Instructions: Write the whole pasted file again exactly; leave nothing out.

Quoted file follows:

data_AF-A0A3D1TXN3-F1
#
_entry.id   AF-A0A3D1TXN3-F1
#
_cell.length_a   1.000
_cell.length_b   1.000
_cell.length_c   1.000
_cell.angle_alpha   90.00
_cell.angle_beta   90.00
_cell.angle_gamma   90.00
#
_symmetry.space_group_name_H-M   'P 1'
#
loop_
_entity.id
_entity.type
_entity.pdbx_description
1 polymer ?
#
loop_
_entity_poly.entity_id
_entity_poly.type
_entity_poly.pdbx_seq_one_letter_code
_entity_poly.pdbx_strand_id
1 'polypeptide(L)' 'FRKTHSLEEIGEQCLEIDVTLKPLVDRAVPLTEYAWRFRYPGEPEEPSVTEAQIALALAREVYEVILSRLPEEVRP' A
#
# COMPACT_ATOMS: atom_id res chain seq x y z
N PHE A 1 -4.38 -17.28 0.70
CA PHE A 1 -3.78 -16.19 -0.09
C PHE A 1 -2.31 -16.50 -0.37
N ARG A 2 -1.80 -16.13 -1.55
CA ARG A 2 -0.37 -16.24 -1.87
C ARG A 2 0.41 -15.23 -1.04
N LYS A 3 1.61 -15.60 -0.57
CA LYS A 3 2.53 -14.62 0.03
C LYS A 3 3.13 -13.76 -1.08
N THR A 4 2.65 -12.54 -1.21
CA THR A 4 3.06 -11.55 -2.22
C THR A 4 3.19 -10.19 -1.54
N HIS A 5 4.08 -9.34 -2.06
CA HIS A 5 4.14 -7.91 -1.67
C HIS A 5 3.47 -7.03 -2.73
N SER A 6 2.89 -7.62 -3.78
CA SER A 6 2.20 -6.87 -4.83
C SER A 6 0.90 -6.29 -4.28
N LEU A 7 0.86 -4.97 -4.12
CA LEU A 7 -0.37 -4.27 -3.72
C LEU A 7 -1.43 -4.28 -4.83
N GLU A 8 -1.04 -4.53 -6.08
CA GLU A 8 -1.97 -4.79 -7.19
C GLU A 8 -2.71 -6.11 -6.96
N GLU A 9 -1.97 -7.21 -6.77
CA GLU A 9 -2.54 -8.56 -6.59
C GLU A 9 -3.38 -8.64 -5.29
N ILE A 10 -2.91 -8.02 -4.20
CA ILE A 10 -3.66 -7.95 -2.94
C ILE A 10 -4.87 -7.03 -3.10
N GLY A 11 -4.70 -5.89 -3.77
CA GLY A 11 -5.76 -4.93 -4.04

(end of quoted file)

data_AF-A0A3D1TXN3-F1
#
_entry.id   AF-A0A3D1TXN3-F1
#
_cell.length_a   1.000
_cell.length_b   1.000
_cell.length_c   1.000
_cell.angle_alpha   90.00
_cell.angle_beta   90.00
_cell.angle_gamma   90.00
#
_symmetry.space_group_name_H-M   'P 1'
#
loop_
_entity.id
_entity.type
_entity.pdbx_description
1 polymer ?
#
loop_
_entity_poly.entity_id
_entity_poly.type
_entity_poly.pdbx_seq_one_letter_code
_entity_poly.pdbx_strand_id
1 'polypeptide(L)' 'FRKTHSLEEIGEQCLEIDVTLKPLVDRAVPLTEYAWRFRYPGEPEEPSVTEAQIALALAREVYEVILSRLPEEVRP' A
#
# COMPACT_ATOMS: atom_id res chain seq x y z
N PHE A 1 -4.38 -17.28 0.70
CA PHE A 1 -3.78 -16.19 -0.09
C PHE A 1 -2.31 -16.50 -0.37
N ARG A 2 -1.80 -16.13 -1.55
CA ARG A 2 -0.37 -16.24 -1.87
C ARG A 2 0.41 -15.23 -1.04
N LYS A 3 1.61 -15.60 -0.57
CA LYS A 3 2.53 -14.62 0.03
C LYS A 3 3.13 -13.76 -1.08
N THR A 4 2.65 -12.54 -1.21
CA THR A 4 3.06 -11.55 -2.22
C THR A 4 3.19 -10.19 -1.54
N HIS A 5 4.08 -9.34 -2.06
CA HIS A 5 4.14 -7.91 -1.67
C HIS A 5 3.47 -7.03 -2.73
N SER A 6 2.89 -7.62 -3.78
CA SER A 6 2.20 -6.87 -4.83
C SER A 6 0.90 -6.29 -4.28
N LEU A 7 0.86 -4.97 -4.12
CA LEU A 7 -0.37 -4.27 -3.72
C LEU A 7 -1.43 -4.28 -4.83
N GLU A 8 -1.04 -4.53 -6.08
CA GLU A 8 -1.97 -4.79 -7.19
C GLU A 8 -2.71 -6.11 -6.96
N GLU A 9 -1.97 -7.21 -6.77
CA GLU A 9 -2.54 -8.56 -6.59
C GLU A 9 -3.38 -8.64 -5.29
N ILE A 10 -2.91 -8.02 -4.20
CA ILE A 10 -3.66 -7.95 -2.94
C ILE A 10 -4.87 -7.03 -3.10
N GLY A 11 -4.70 -5.89 -3.77
CA GLY A 11 -5.76 -4.93 -4.04